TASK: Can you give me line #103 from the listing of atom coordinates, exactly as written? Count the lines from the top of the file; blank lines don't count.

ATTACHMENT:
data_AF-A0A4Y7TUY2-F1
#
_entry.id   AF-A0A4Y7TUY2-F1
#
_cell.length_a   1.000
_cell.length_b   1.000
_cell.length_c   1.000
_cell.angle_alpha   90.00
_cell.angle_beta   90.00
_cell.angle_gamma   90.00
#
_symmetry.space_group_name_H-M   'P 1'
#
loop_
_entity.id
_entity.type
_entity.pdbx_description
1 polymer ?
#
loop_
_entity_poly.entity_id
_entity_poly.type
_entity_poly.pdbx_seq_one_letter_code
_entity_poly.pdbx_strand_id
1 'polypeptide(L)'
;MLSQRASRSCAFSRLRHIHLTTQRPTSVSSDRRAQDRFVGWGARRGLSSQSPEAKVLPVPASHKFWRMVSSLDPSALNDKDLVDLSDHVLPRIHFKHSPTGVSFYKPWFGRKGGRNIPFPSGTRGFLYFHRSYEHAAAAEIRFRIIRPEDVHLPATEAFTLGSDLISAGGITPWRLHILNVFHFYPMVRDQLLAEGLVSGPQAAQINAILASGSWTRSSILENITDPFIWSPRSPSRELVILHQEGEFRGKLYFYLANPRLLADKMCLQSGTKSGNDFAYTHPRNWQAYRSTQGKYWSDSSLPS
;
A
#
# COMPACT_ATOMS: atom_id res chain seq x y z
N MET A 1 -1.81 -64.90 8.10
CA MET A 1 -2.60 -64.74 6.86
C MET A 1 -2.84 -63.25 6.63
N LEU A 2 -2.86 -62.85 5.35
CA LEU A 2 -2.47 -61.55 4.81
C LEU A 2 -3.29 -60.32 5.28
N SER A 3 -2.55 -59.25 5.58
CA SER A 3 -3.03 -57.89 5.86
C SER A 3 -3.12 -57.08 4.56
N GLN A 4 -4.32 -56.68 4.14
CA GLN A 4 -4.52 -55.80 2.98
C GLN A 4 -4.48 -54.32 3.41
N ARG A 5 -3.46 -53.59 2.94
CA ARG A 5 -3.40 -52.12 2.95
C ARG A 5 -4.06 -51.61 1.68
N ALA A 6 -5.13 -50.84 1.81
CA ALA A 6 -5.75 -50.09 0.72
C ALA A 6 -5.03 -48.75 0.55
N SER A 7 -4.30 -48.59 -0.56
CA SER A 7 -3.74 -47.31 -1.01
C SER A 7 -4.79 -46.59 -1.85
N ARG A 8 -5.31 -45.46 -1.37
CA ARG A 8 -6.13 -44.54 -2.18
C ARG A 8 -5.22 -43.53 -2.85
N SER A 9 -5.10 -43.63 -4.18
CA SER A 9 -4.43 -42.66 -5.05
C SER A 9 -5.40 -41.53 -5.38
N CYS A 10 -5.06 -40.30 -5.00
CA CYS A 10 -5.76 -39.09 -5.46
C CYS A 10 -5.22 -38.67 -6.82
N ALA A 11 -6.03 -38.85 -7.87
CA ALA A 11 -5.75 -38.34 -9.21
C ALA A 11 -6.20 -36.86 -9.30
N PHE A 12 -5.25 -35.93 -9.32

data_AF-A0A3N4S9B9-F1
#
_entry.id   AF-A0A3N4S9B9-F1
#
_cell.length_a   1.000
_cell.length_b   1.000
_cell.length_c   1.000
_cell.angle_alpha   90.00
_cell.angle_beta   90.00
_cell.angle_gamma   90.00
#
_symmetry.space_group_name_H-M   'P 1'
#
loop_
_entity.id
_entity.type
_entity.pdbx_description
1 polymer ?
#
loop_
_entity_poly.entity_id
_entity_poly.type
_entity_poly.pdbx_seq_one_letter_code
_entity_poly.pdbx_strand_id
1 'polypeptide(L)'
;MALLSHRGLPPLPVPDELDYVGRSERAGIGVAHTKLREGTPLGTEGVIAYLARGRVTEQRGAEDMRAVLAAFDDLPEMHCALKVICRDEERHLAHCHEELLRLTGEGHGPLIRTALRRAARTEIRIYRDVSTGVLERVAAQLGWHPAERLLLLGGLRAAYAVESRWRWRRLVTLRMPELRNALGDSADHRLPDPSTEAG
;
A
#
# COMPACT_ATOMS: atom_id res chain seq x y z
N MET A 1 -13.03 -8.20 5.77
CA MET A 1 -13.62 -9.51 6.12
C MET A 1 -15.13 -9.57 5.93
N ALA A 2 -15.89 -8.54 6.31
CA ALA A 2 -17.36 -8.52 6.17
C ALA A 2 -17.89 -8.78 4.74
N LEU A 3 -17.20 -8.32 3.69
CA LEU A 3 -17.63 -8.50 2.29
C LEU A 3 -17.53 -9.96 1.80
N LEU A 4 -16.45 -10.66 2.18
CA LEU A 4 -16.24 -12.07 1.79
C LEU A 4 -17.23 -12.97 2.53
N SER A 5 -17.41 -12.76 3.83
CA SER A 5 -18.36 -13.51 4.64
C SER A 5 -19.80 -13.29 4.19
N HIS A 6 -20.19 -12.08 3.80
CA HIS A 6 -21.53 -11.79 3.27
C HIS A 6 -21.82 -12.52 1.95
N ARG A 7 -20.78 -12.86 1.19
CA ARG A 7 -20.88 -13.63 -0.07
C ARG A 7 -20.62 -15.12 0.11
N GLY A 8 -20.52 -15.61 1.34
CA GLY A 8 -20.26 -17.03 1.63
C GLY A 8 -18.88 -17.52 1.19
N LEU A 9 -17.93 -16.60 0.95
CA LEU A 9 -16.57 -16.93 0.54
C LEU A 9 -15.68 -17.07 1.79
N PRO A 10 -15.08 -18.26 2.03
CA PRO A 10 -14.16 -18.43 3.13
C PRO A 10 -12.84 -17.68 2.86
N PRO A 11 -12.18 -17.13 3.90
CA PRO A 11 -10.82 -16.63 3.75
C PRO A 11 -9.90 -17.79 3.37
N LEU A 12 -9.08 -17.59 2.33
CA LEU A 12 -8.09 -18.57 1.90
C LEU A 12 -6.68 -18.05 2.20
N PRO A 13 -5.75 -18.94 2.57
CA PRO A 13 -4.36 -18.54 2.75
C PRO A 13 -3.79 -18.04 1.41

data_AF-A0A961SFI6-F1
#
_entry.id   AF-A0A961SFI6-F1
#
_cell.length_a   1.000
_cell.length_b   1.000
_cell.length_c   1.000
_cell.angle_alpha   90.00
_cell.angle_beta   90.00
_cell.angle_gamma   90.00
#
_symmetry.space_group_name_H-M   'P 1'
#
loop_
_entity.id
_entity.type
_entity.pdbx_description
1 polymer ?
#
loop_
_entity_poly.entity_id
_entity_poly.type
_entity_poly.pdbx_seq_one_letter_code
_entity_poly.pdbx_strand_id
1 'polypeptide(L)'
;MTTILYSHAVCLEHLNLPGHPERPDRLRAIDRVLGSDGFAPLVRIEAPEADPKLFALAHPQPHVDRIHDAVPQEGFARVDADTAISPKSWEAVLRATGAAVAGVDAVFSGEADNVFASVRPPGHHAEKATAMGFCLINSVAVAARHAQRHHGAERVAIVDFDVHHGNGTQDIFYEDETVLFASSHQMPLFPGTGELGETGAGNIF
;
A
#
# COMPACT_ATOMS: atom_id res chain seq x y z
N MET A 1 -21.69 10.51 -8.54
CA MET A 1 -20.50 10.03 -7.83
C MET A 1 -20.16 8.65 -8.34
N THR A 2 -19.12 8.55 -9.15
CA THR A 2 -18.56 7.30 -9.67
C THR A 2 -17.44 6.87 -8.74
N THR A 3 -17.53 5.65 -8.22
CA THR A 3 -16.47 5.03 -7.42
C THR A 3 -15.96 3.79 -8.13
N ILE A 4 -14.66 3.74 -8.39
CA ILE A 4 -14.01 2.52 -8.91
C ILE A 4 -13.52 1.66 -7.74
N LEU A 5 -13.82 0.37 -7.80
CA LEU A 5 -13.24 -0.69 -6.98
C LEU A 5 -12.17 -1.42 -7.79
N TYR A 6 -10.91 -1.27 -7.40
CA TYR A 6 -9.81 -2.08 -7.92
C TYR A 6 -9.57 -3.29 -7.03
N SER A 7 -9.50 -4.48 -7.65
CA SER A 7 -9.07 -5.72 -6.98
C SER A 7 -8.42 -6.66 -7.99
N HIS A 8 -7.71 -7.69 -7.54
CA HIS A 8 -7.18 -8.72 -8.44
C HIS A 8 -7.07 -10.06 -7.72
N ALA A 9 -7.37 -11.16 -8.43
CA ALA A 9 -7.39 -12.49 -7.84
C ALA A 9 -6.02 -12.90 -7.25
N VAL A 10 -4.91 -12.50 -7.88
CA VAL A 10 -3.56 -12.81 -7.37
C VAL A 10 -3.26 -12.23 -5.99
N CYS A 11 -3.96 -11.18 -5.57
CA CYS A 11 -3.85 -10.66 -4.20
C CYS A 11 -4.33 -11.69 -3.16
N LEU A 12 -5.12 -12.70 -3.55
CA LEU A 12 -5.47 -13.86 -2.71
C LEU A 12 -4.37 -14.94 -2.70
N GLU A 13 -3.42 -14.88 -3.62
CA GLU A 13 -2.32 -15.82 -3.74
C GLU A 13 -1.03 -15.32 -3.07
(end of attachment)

C LEU A 3 -17.53 -9.96 1.80